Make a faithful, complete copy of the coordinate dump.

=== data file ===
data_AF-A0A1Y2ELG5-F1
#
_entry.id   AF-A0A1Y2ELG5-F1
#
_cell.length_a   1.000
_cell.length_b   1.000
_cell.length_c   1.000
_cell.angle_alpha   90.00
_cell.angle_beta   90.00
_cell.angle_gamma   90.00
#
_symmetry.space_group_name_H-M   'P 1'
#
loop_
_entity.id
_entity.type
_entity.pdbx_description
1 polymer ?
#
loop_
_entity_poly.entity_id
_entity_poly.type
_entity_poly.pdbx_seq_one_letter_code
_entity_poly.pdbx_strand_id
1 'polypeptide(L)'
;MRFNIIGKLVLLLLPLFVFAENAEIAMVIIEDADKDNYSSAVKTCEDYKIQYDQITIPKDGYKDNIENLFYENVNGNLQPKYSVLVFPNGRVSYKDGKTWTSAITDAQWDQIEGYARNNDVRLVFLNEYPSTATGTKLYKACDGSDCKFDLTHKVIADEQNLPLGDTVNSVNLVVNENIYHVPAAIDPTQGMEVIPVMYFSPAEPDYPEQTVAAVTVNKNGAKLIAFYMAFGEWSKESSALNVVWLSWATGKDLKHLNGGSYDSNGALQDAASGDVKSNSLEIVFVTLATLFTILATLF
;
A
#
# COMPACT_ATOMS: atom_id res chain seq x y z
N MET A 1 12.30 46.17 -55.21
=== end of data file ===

data_AF-A0A1Y2ELG5-F1
#
_entry.id   AF-A0A1Y2ELG5-F1
#
_cell.length_a   1.000
_cell.length_b   1.000
_cell.length_c   1.000
_cell.angle_alpha   90.00
_cell.angle_beta   90.00
_cell.angle_gamma   90.00
#
_symmetry.space_group_name_H-M   'P 1'
#
loop_
_entity.id
_entity.type
_entity.pdbx_description
1 polymer ?
#
loop_
_entity_poly.entity_id
_entity_poly.type
_entity_poly.pdbx_seq_one_letter_code
_entity_poly.pdbx_strand_id
1 'polypeptide(L)'
;MRFNIIGKLVLLLLPLFVFAENAEIAMVIIEDADKDNYSSAVKTCEDYKIQYDQITIPKDGYKDNIENLFYENVNGNLQPKYSVLVFPNGRVSYKDGKTWTSAITDAQWDQIEGYARNNDVRLVFLNEYPSTATGTKLYKACDGSDCKFDLTHKVIADEQNLPLGDTVNSVNLVVNENIYHVPAAIDPTQGMEVIPVMYFSPAEPDYPEQTVAAVTVNKNGAKLIAFYMAFGEWSKESSALNVVWLSWATGKDLKHLNGGSYDSNGALQDAASGDVKSNSLEIVFVTLATLFTILATLF
;
A
#
# COMPACT_ATOMS: atom_id res chain seq x y z
N MET A 1 12.30 46.17 -55.21